Another restful start to the last day of our expedition as the tide was out at least 100 metres and the big packhorse doubles are not something you want to drag fully loaded. We all enjoyed walking and fossicking along the beach.  Finally underway around 11am with a short paddle to Tantabitti for a final snorkel, this time directly off the kayaks moored to a buoy proved a challenging method of getting in and out in flippers and full gear!  A late lunch after unloading kayaks and hauling everything to the trailer ready to load.  Arrived back at the depot in Exmouth (at this point only 36 kms away) where a chain gang formed to unload the van and sort our gear before finally and thankfully being dropped off at our respective accommodations for hot showers.  Such a luxury! We found the Ningaloo paddle a very physical but enjoyable trip and we are very grateful for the “training” paddles with the Club particularly those at Semaphore and on the Port Augusta Spencer Gulf trip. This was our first “expedition’ and the first time we have needed to carry everything with us. It is astounding what can be squeezed into these big NZ kayaks although there were occasions on that first rough day when we wondered at our wisdom in paddling a heavily laden kayak sitting so low in the water.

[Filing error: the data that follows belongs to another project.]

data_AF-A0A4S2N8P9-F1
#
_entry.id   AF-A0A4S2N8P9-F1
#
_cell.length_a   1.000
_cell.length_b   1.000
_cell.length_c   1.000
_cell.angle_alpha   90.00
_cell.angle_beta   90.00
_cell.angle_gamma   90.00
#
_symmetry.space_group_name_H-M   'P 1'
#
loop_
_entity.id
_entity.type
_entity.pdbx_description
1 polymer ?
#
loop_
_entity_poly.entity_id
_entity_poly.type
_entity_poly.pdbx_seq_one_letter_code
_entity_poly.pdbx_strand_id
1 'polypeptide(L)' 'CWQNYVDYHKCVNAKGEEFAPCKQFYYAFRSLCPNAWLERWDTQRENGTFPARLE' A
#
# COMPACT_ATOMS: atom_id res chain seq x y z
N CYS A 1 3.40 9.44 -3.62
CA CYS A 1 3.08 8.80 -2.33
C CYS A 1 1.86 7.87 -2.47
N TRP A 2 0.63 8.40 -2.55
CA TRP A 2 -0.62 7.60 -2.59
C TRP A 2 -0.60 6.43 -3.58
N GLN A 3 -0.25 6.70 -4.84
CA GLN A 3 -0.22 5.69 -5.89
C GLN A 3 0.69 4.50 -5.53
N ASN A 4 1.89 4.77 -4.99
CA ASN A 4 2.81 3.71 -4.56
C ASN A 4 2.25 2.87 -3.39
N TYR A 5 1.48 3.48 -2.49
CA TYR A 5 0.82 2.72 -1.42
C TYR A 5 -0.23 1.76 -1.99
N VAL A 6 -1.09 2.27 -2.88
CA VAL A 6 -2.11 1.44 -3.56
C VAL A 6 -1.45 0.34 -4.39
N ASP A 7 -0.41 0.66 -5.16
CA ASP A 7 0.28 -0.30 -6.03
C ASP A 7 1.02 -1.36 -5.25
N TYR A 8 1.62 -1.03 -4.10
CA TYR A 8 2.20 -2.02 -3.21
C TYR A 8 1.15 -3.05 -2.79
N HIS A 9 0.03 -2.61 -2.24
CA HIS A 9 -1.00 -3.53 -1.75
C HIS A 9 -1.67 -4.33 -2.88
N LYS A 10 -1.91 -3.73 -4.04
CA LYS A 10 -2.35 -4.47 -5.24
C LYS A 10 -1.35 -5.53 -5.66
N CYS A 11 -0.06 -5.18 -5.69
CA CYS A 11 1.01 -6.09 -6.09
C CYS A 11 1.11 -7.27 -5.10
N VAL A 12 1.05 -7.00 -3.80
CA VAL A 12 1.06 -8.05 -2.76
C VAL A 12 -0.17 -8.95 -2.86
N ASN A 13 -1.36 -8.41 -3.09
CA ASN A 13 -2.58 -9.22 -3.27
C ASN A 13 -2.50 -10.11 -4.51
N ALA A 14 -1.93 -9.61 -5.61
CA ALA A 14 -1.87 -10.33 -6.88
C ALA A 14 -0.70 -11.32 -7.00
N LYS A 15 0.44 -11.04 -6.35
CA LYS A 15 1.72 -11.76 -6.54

Day paddle at Port Elliot — 23 May 2022

A much reduced group of three paddlers set off from Victor Harbor on Monday morning. Originally scheduled for Saturday, but thanks to the government declaring an election on that day, we decided to move it to Monday. Apologies to all the working people, blame the government!

Starting to paddle in Port Elliot

We launched from Kent Reserve again, but this time we turned left and headed for Port Elliot and lunch.

We had a quick stop to admire the new causeway to Granite Island. After looking at the state of the old causeway from underneath its clear why a new one was needed, very corroded and damaged.

The entrance to Port Elliot looked its normal intimidating self. Waves breaking on the headland and Pullen Island, but with the small swell the passage between them was easy and were soon stretching our legs and soaking up the sun on the beach.

Around Port Elliot

On the way back we went around the outside of Pullen Island to have a look at the rocks there. Some interesting spots to explore, but they will have to wait for another day, in a smaller boat, with calmer seas.

The trip back was quicker thanks to the wind behind us, but felt longer, possibly due to the paddle the previous day. Whatever the reason everyone was grateful when we reached to beach and the cars.

Day paddle at Victor Harbor — 22 May 2022

Five paddlers took advantage of the glorious weather to go for a paddle out of Victor Harbor, around the Bluff and out to West Island

Paddling around Victor Harbor

The swell was a manageable 1-1.5m as predicted, but the weather forecast did not mention the chop, which made conditions a bit challenging, especially around the Bluff where there was a lot of rebound.